Dia de Los Muertos – Chocolate Skull Cake

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Today I want to share a Holiday that is very dear to my heart, Dia de Los Muertos.  A time to reflect on the loved ones we have lost, celebrate their lives and rejoice in knowing their legacy will be carried on with our children.  Sugar skulls and Cempasúchil (marigolds) are a placed on the Altar to honor the dead. With my familia being in town for an extended Halloween Fiesta we took the chance to explain this Holiday to the children.  As the kids worked on making papel picado and handmade marigolds my mom spoke of this Holiday’s rich history.  To end the evening on a sweet note instead of sugar skulls I baked one of my favorite chocolate cakes in shape of a skull.

 

Dia de Los Muertos is an ancient Aztec celebration of death, the  bittersweet companion to life.  All life must come to an end, so why not  celebrate death as we do life?  As the Europeans arrived in Mexico,  both the Catholic religion and the Aztec celebration intertwined.  Dia de  Los Muertos is celebrated on from October 31 to November 2.  In these days  the lives of our dead are celebrated.  These celebrations include  festivities, food, a family altar, sharing favorite stories of the  deceased and joyful visits to the grave sites.  In the United States  families of Mexican descent are celebrating Dia de Los Muertos more and more  each year, making for Dia de Los Muertos in becoming a widely  popular holiday.

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A Glossary for Dia de los Muertos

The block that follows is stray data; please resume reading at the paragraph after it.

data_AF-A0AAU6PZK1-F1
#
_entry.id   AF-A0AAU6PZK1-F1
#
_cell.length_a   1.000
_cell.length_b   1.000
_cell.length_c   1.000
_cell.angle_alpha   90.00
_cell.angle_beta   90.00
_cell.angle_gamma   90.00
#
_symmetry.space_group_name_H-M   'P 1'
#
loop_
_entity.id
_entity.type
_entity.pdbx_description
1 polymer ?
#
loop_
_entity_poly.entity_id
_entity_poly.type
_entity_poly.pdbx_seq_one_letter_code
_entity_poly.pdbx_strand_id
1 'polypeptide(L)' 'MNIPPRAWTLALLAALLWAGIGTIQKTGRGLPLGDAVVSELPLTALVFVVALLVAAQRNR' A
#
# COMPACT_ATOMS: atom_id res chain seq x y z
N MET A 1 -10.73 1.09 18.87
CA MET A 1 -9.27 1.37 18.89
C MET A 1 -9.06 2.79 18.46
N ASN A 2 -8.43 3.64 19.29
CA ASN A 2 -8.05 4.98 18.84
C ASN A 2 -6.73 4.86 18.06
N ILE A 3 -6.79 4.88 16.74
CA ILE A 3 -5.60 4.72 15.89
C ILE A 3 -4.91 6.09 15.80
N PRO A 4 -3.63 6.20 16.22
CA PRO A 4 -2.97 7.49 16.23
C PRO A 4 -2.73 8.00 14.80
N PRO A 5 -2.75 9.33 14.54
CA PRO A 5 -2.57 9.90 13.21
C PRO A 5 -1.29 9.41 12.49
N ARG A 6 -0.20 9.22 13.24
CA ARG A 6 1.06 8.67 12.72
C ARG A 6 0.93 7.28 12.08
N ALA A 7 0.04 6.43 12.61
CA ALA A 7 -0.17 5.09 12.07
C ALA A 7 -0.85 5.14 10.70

Altar – A display honoring departed love one, built in homes throughout  Mexico each year during Day of the Dead celebrations. Offerings are placed on  the altars. 

La Noche de Duelo – The Night of Mourning, the beginning of Dia de los  Muertos in Mexico. On this night, friends and relatives bring food, flowers, and  decorations to the cemetery in a candlelight procession. 

Los Angelitos – Children who have died, remembered on All Saints’ Day  Nov. 1st 

Ofrenda – Offerings placed on the altar, sometimes representing the four  elements of earth, air, fire, and water. Earth is represented by food placed at  the altar; air is symbolized by papel picado, elaborate paper cutouts that  flutter on the breeze. fire is represented in scented candles that decorate the  altar, and water is often left in a bowl. Other offerings include personal  mementos of the deceased. 

 

Our family celebrates this yearly tradition with a week long  celebration of honoring our loved ones with a family altar.  In our  altar we showcase favorite family photos of our departed, papel picado,  candy skulls, flowers and personal  mementos.  Tiny sculptures of their favorite food or  beverage made of Alfeniquen are also placed on the  altar.  During this festive week we as a family recreate their  favorite meals to enjoy as we share their lives with our  children.  This week long celebration fills my heart with  great joy as I honor my departed all while introducing  my children to loved ones they were not fortunate to meet.  As my  children grow they will in turn gain knowledge of their  heritage and begin learning how to cope with future  loss as our altar continues the addition of family members.  I  hope when they are adults they will learn to celebrate death as part of life,  knowing that each year on Dia de Los Muertos our departed with return to  shower us with love.

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Chocolate Cake